This photograph ran last summer in the Boston Globe. A reader emailed recently to ask about cooking whole fish. It couldn't be easier.
Have the fish gutted and scaled. These are branzino (Italian for sea bass), which is a popular restaurant fish. Each 1 1/2-pound fish yields about 3/4 pound of flesh (all fish loses at least half its weight in bones).
Set the fish in an oiled dish. Tuck lemon slices and rosemary into the cavities. Make several slashes on top of the fish and sprinkle with olive oil, salt, and pepper. Slide the fish as close to the broiler as you can get it until the skin begins to char, then move it about 12-inches away (or lower the oven temperature to 450 degrees) and continue cooking for 15 minutes. You'll see the fish in the slashes turn opaque and you'll know it's done. Add lots of lemon juice.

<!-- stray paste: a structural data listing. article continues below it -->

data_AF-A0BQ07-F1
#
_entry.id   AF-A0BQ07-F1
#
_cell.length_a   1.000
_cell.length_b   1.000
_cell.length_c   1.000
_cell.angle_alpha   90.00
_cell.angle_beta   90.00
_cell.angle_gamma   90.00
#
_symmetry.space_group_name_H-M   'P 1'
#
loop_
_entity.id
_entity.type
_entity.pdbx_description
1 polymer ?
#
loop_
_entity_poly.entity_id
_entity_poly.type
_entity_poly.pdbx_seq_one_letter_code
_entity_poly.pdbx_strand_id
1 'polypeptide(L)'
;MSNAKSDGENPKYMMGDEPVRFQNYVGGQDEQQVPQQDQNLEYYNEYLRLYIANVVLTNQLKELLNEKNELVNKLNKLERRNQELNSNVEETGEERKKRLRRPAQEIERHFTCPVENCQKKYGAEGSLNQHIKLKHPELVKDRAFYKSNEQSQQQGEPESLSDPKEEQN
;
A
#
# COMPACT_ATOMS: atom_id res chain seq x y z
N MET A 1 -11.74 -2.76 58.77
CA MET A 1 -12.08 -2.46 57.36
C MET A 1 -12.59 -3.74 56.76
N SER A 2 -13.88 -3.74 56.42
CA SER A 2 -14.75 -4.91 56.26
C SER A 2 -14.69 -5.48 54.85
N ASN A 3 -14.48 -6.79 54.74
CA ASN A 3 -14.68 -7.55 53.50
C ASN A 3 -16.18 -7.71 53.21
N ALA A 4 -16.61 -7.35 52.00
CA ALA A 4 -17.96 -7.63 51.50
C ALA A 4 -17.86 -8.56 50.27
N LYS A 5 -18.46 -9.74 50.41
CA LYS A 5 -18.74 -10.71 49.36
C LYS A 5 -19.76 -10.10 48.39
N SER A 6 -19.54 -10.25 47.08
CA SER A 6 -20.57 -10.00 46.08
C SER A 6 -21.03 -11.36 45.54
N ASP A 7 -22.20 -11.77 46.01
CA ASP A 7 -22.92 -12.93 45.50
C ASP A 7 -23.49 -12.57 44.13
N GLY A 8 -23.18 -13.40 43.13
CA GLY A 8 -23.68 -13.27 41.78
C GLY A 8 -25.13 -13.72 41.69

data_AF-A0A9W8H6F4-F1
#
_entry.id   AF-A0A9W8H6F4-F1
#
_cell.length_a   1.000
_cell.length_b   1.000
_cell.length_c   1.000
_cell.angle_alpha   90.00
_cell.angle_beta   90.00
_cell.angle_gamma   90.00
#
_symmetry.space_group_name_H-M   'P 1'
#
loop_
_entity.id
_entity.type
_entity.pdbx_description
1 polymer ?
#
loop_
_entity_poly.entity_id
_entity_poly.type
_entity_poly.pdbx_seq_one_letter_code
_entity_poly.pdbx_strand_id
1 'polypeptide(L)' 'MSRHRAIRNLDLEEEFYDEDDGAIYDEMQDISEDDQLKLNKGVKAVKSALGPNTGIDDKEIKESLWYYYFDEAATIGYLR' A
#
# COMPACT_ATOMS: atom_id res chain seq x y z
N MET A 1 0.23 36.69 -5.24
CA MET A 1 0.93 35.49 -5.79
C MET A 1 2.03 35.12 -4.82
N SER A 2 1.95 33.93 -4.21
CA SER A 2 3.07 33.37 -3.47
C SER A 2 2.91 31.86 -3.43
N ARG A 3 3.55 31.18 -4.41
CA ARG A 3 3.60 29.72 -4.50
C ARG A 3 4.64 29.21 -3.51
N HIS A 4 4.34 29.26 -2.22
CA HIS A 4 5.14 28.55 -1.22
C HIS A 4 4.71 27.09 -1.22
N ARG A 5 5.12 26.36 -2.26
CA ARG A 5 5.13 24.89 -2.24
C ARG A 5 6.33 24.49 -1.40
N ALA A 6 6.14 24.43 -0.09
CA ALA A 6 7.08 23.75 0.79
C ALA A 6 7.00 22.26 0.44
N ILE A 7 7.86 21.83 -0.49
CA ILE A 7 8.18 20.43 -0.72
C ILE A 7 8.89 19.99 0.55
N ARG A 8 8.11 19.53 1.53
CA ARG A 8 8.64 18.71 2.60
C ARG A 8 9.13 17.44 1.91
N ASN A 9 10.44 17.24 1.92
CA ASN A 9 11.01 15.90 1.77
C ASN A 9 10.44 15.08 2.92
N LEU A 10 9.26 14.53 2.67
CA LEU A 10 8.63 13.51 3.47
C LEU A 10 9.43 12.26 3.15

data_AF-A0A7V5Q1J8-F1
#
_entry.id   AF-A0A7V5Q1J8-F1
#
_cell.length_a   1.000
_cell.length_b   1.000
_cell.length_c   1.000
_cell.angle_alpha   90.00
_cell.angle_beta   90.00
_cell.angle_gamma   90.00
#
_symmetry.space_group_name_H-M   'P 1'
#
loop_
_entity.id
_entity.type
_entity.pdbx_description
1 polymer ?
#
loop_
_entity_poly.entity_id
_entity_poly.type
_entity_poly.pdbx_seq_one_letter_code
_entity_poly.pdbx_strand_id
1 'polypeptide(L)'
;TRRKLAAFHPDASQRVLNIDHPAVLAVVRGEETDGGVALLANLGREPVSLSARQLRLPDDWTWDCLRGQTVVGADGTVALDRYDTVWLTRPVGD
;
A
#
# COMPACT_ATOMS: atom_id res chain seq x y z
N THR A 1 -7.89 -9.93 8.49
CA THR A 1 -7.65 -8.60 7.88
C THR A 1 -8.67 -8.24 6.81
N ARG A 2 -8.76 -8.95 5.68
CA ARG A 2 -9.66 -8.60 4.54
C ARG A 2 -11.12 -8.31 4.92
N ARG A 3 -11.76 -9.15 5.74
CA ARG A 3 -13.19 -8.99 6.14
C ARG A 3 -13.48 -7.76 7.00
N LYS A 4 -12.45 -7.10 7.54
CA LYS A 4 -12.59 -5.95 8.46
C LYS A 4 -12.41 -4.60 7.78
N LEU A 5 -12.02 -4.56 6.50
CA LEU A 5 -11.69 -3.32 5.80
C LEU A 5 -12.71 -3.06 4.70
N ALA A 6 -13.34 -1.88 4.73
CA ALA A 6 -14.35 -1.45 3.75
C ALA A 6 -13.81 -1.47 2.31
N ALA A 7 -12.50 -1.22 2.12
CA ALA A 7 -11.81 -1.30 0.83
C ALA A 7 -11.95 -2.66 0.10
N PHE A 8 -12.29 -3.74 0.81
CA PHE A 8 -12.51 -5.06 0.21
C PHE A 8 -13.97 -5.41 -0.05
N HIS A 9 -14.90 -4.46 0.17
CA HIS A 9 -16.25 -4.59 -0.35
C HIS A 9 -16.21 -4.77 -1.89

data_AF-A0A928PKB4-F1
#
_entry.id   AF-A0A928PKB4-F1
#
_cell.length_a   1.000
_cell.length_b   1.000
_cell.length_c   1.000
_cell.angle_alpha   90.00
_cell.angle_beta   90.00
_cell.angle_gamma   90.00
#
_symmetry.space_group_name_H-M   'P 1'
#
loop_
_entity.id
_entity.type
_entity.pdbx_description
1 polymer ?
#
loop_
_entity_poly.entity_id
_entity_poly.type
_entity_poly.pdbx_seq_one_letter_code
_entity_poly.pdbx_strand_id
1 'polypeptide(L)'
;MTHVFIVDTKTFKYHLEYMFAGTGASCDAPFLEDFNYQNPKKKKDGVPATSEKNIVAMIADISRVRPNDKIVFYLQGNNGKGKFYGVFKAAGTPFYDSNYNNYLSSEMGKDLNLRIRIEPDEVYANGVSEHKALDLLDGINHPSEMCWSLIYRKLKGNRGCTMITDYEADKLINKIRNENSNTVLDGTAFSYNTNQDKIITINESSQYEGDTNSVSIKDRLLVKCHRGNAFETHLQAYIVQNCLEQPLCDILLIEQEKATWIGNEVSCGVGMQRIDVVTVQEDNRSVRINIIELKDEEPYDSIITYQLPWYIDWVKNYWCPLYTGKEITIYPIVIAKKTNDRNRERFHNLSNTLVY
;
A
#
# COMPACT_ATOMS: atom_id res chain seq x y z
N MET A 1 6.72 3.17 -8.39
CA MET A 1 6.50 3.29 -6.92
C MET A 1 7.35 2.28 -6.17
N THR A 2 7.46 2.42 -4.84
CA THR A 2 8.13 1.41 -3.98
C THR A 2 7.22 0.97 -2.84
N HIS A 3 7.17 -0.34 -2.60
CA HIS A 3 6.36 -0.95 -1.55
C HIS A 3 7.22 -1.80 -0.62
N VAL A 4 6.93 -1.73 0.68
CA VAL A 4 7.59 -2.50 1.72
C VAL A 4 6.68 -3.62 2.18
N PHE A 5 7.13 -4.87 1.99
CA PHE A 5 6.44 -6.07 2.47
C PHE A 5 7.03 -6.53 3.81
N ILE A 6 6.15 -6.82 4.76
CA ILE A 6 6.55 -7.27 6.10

Some people remove the skin (I don't). You can use the flat of your knife to lift off the top fillet, leaving the head, tail, and center bone behind. Or just eat the flesh off the bone.
A tip I learned in England: When eating fish with bones, make sure you serve crusty bread or potatoes. If a tiny bone gets caught in your throat, you can push it down with either one.
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ContributorsSheryl Julian, the Globe's Food Editor, writes regularly for the Food section.
Devra First is the Globe's food reporter and restaurant critic. Her reviews appear weekly in the Food section.
Ellen Bhang reviews Cheap Eats restaurants for the Globe and writes about wine.